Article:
Friedrich Nietzsche said, “He who fights with monsters should take care, lest he thereby become a monster. And if you gaze for long into the abyss, the abyss also gazes long into you.” This quote has always inspired me, and reminded me of the dangers of travel.
In ancient Asia, places that had not been explored were marked on maps with a dragon. I have always viewed the unknown as some form of monster, and to travel into the unknown was to fight with that monster. Sometimes I win, sometimes I lose. I always come away from the experience as a slightly different person.
Nietzsche reminds me, though, that as I fight with this monster I should not become it. I should be weary that the road does not change me so much as to lose myself. It can be very easy to wake up one day to find that you have become a man of the road. Hard and cold, vast and indifferent. Every day spent on the road, every morning in a sleeping bag, every squashed ham sandwich, bowl of ramen soup, slice of fried spam, stale granola bar, all of these things, while beautiful and poetic in their own way, each take their toll. The experience of traveling in the unknown, with no reassurance of your self and who you are, except for memories, can be daunting. This is the void, this is the abyss.
It is terrifying: two wheels into the great beyond. When I imagine it, I never see a sunset; I see a deep rumbling Iowa thunderstorm. Rolling across the fields of corn as I streak down the asphalt, lumbering towards each other on an inevitable collision course. In this abyss of a storm, we are alone, and we are nothing. How can we define ourselves without anything to verify our stories? They are only tales, memories, and reassurances of who we think we are. Perhaps this is why we are drawn into the unknown, because out on the road we can be anything we want, including nothing. We can create the person that we want to be, or lose the man that we are afraid of being.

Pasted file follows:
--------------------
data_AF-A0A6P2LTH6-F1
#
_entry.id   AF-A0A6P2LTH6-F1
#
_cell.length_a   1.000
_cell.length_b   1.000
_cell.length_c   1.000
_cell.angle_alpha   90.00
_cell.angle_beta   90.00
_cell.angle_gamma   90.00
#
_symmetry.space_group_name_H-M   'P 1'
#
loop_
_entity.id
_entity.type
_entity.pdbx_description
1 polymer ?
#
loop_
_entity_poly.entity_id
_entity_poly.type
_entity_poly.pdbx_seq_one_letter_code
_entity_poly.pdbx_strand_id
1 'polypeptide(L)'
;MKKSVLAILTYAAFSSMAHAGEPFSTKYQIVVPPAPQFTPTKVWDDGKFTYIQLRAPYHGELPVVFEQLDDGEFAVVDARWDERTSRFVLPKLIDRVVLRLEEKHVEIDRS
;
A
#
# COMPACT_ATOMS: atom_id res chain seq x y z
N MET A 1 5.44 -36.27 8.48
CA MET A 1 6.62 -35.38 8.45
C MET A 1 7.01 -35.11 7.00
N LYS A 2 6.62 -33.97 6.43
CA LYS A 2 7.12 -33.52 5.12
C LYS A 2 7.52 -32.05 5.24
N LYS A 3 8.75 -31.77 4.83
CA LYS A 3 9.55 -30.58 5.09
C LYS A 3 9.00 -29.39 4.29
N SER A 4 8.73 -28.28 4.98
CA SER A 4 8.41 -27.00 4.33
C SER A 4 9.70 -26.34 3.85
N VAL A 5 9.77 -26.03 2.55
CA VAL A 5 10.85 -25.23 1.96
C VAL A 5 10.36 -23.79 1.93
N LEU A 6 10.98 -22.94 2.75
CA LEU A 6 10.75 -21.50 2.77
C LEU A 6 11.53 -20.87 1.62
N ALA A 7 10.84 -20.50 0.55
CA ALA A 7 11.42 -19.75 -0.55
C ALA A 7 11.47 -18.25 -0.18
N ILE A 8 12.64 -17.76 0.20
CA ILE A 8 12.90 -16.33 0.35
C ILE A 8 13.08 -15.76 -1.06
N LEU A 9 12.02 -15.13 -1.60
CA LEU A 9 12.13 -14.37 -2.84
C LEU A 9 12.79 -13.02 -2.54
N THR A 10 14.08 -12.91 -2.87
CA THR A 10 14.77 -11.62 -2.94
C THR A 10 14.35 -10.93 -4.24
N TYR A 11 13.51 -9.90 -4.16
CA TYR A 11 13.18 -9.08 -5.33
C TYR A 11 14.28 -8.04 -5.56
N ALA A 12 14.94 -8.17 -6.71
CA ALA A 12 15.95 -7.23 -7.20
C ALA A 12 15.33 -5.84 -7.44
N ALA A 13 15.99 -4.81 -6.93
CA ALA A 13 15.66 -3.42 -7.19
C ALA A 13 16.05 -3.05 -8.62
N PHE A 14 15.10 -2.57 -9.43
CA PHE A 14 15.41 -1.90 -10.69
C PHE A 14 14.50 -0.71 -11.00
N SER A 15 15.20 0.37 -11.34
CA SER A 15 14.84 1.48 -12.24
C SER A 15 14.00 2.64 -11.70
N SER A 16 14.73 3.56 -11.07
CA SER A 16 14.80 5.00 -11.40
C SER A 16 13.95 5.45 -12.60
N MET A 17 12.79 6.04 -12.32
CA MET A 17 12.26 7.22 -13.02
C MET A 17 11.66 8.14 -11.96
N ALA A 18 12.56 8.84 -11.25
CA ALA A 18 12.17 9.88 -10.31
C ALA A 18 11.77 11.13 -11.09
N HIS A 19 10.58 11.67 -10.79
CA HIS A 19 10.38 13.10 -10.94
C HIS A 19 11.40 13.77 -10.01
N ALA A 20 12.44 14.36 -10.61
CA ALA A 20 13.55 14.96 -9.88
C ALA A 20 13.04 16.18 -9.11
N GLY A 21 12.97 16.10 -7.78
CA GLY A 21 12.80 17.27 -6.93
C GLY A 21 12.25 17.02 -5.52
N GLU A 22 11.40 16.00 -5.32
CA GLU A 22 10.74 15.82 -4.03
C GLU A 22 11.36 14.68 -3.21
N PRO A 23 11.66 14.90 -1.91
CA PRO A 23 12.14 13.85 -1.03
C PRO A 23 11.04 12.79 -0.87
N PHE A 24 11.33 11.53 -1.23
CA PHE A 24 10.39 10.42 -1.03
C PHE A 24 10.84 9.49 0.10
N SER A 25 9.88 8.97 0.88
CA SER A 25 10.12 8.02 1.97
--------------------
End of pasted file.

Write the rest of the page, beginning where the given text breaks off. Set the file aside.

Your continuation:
In the end, it is only our fears that hold us back. The fear that we will be forgotten as we venture into the abyss, that there will be nothing to return to and we will be lost, or the fear of not coming back at all. The abyss might swallow us whole, and return nothing to our families. Perhaps there will be no grave to mark our departure from this earth, no memorial scholarship, and no bench in the park with our name on it. These are the things that we too often live for. We live conservatively so that we might leave a handsome corpse for a nice open casket ceremony. We make sure to die in a hospital so we can be buried in the family plot of the cemetery. If this sounds ridiculous to you, it’s because it is.
Our lives cannot be dictated by fear, or our fears will win. Our battles with monsters cannot be on the terms of those monsters, or we will become them. The abyss cannot claim who we are, or there is no reason venture into it. I ride because I know whom I am, and I’m not ashamed of it. I ride because I am not afraid of death, but I know how to avoid it. I ride because my monsters underestimated my strength, and I will make them pay dearly for that.